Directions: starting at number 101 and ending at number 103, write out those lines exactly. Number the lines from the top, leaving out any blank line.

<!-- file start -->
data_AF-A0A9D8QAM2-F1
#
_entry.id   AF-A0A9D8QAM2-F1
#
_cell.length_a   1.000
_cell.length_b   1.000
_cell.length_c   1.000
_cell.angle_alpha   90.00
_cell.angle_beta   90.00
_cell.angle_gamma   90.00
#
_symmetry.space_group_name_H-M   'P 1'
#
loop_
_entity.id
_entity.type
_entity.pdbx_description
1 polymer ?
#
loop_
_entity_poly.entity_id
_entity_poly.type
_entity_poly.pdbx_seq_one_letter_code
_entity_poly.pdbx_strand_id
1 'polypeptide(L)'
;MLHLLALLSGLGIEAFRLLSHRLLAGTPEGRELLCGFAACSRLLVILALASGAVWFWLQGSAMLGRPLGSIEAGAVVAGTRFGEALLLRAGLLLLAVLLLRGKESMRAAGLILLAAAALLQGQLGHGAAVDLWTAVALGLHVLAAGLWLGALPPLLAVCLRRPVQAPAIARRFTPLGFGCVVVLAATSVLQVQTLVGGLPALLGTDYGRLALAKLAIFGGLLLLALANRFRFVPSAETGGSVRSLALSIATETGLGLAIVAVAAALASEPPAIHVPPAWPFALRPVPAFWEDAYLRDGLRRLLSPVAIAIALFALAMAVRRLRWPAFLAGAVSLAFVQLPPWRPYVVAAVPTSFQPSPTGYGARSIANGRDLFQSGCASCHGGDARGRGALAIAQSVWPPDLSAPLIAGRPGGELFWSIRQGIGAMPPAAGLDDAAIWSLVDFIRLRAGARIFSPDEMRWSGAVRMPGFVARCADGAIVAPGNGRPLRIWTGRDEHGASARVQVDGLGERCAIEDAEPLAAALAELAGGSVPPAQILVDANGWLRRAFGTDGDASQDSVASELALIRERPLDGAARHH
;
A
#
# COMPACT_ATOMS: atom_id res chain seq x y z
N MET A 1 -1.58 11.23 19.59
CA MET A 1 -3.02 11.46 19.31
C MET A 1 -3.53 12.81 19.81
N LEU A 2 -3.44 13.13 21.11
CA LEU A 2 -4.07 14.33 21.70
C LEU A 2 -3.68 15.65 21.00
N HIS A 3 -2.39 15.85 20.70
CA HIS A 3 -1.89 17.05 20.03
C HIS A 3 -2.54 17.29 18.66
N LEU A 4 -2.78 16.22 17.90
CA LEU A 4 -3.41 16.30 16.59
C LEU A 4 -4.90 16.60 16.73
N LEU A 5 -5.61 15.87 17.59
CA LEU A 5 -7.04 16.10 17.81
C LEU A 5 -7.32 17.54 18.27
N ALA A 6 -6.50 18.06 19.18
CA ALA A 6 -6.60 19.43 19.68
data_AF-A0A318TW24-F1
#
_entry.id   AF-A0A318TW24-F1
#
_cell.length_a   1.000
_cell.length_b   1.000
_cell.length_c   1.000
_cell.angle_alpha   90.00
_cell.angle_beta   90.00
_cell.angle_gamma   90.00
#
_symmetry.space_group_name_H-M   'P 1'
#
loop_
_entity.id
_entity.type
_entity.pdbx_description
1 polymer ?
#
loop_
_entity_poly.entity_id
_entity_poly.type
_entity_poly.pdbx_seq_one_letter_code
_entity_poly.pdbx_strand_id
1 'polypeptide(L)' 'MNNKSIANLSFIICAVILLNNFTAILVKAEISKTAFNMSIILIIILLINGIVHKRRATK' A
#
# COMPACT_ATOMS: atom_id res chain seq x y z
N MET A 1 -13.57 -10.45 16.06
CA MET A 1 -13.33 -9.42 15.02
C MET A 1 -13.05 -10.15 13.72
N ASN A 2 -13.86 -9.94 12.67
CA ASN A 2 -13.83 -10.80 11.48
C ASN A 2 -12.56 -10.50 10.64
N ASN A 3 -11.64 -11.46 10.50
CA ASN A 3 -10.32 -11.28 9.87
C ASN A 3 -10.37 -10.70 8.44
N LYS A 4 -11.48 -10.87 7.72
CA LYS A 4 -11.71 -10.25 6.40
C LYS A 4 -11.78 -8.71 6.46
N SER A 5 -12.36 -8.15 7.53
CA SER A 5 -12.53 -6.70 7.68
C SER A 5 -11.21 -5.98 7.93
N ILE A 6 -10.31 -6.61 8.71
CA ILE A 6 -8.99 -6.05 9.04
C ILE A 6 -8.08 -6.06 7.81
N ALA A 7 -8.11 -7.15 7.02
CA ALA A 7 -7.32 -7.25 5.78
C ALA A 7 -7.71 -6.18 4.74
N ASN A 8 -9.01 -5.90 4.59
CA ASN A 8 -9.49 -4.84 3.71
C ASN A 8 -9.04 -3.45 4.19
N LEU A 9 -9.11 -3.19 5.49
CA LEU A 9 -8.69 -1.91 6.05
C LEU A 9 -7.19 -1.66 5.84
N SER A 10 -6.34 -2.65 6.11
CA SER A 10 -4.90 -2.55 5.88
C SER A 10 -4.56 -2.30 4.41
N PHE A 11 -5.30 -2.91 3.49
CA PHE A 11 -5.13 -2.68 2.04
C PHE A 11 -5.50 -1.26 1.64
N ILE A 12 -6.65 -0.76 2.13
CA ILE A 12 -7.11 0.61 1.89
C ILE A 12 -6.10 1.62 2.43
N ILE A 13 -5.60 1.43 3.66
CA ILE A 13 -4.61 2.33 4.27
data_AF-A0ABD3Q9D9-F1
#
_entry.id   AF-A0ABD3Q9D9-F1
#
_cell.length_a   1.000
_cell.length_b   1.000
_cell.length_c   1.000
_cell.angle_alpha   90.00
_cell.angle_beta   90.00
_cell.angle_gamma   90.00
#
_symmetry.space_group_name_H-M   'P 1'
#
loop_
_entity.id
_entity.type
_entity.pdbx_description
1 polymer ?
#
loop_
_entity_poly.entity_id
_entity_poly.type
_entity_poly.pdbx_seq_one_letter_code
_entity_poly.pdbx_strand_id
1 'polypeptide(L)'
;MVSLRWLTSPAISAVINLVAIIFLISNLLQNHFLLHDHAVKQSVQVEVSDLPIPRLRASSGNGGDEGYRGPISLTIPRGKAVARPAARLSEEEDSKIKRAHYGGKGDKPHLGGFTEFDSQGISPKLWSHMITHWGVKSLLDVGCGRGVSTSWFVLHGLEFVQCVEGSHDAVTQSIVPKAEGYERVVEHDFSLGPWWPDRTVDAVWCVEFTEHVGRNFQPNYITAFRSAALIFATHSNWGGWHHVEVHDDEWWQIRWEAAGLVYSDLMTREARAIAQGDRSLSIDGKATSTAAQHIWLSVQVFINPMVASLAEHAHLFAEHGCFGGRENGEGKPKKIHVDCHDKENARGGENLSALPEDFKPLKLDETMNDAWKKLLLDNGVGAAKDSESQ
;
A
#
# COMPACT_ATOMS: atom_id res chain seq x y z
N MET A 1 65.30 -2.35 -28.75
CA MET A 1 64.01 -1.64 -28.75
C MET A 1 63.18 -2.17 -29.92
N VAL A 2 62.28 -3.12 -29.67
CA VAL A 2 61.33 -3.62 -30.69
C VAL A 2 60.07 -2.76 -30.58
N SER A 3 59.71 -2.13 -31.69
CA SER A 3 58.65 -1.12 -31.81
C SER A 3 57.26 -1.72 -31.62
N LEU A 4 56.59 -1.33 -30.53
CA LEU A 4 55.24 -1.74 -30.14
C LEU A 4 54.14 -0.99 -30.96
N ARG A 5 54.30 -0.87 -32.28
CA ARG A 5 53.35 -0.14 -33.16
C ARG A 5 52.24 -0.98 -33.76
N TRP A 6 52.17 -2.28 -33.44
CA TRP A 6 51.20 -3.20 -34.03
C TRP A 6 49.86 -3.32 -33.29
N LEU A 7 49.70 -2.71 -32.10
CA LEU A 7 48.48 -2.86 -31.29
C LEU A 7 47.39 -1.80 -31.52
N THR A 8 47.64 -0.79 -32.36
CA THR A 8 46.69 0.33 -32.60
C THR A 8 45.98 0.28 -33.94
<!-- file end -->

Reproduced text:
C LEU A 9 -7.19 -1.66 5.84
N SER A 10 -6.34 -2.65 6.11
CA SER A 10 -4.90 -2.55 5.88